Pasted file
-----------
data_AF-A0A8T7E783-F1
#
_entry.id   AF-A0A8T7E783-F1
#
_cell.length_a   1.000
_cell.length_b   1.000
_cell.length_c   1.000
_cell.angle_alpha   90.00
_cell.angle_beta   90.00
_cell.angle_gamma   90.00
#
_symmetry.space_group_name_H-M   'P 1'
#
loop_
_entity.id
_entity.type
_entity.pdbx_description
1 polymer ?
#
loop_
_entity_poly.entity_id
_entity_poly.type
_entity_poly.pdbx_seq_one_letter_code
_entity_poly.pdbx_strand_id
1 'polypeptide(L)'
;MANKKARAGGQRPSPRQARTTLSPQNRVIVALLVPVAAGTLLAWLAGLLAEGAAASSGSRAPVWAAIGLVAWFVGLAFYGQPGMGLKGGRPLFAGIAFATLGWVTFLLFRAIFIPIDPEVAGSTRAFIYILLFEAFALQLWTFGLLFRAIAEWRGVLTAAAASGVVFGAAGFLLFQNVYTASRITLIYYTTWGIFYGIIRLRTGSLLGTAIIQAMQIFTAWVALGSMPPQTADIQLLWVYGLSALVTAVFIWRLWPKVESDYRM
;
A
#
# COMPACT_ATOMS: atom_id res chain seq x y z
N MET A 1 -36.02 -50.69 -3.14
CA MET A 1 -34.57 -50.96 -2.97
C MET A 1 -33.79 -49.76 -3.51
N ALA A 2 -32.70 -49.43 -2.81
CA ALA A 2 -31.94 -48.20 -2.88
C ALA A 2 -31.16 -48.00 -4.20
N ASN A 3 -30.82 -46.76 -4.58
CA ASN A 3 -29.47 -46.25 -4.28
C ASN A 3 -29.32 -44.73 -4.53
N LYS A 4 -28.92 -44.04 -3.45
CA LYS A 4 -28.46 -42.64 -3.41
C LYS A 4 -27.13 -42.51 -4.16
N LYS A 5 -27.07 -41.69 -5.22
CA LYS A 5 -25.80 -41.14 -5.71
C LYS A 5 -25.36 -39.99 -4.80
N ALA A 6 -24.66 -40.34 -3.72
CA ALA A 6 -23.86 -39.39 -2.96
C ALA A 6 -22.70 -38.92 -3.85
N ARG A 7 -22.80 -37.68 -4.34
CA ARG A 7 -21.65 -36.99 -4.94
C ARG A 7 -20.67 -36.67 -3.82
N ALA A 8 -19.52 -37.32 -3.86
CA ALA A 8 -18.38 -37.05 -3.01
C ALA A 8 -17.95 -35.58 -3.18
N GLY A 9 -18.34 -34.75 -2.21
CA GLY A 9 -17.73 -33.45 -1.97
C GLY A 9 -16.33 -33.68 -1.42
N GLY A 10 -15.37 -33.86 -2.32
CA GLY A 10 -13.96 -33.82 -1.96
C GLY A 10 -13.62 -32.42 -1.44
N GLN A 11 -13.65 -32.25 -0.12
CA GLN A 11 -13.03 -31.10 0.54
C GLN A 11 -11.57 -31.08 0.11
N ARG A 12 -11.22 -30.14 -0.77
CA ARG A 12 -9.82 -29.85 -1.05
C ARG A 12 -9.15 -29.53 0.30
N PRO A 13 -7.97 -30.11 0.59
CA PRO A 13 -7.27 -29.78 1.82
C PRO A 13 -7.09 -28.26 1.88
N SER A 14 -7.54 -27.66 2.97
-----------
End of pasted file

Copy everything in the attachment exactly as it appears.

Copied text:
data_AF-A0A8T7E783-F1
#
_entry.id   AF-A0A8T7E783-F1
#
_cell.length_a   1.000
_cell.length_b   1.000
_cell.length_c   1.000
_cell.angle_alpha   90.00
_cell.angle_beta   90.00
_cell.angle_gamma   90.00
#
_symmetry.space_group_name_H-M   'P 1'
#
loop_
_entity.id
_entity.type
_entity.pdbx_description
1 polymer ?
#
loop_
_entity_poly.entity_id
_entity_poly.type
_entity_poly.pdbx_seq_one_letter_code
_entity_poly.pdbx_strand_id
1 'polypeptide(L)'
;MANKKARAGGQRPSPRQARTTLSPQNRVIVALLVPVAAGTLLAWLAGLLAEGAAASSGSRAPVWAAIGLVAWFVGLAFYGQPGMGLKGGRPLFAGIAFATLGWVTFLLFRAIFIPIDPEVAGSTRAFIYILLFEAFALQLWTFGLLFRAIAEWRGVLTAAAASGVVFGAAGFLLFQNVYTASRITLIYYTTWGIFYGIIRLRTGSLLGTAIIQAMQIFTAWVALGSMPPQTADIQLLWVYGLSALVTAVFIWRLWPKVESDYRM
;
A
#
# COMPACT_ATOMS: atom_id res chain seq x y z
N MET A 1 -36.02 -50.69 -3.14
CA MET A 1 -34.57 -50.96 -2.97
C MET A 1 -33.79 -49.76 -3.51
N ALA A 2 -32.70 -49.43 -2.81
CA ALA A 2 -31.94 -48.20 -2.88
C ALA A 2 -31.16 -48.00 -4.20
N ASN A 3 -30.82 -46.76 -4.58
CA ASN A 3 -29.47 -46.25 -4.28
C ASN A 3 -29.32 -44.73 -4.53
N LYS A 4 -28.92 -44.04 -3.45
CA LYS A 4 -28.46 -42.64 -3.41
C LYS A 4 -27.13 -42.51 -4.16
N LYS A 5 -27.07 -41.69 -5.22
CA LYS A 5 -25.80 -41.14 -5.71
C LYS A 5 -25.36 -39.99 -4.80
N ALA A 6 -24.66 -40.34 -3.72
CA ALA A 6 -23.86 -39.39 -2.96
C ALA A 6 -22.70 -38.92 -3.85
N ARG A 7 -22.80 -37.68 -4.34
CA ARG A 7 -21.65 -36.99 -4.94
C ARG A 7 -20.67 -36.67 -3.82
N ALA A 8 -19.52 -37.32 -3.86
CA ALA A 8 -18.38 -37.05 -3.01
C ALA A 8 -17.95 -35.58 -3.18
N GLY A 9 -18.34 -34.75 -2.21
CA GLY A 9 -17.73 -33.45 -1.97
C GLY A 9 -16.33 -33.68 -1.42
N GLY A 10 -15.37 -33.86 -2.32
CA GLY A 10 -13.96 -33.82 -1.96
C GLY A 10 -13.62 -32.42 -1.44
N GLN A 11 -13.65 -32.25 -0.12
CA GLN A 11 -13.03 -31.10 0.54
C GLN A 11 -11.57 -31.08 0.11
N ARG A 12 -11.22 -30.14 -0.77
CA ARG A 12 -9.82 -29.85 -1.05
C ARG A 12 -9.15 -29.53 0.30
N PRO A 13 -7.97 -30.11 0.59
CA PRO A 13 -7.27 -29.78 1.82
C PRO A 13 -7.09 -28.26 1.88
N SER A 14 -7.54 -27.66 2.97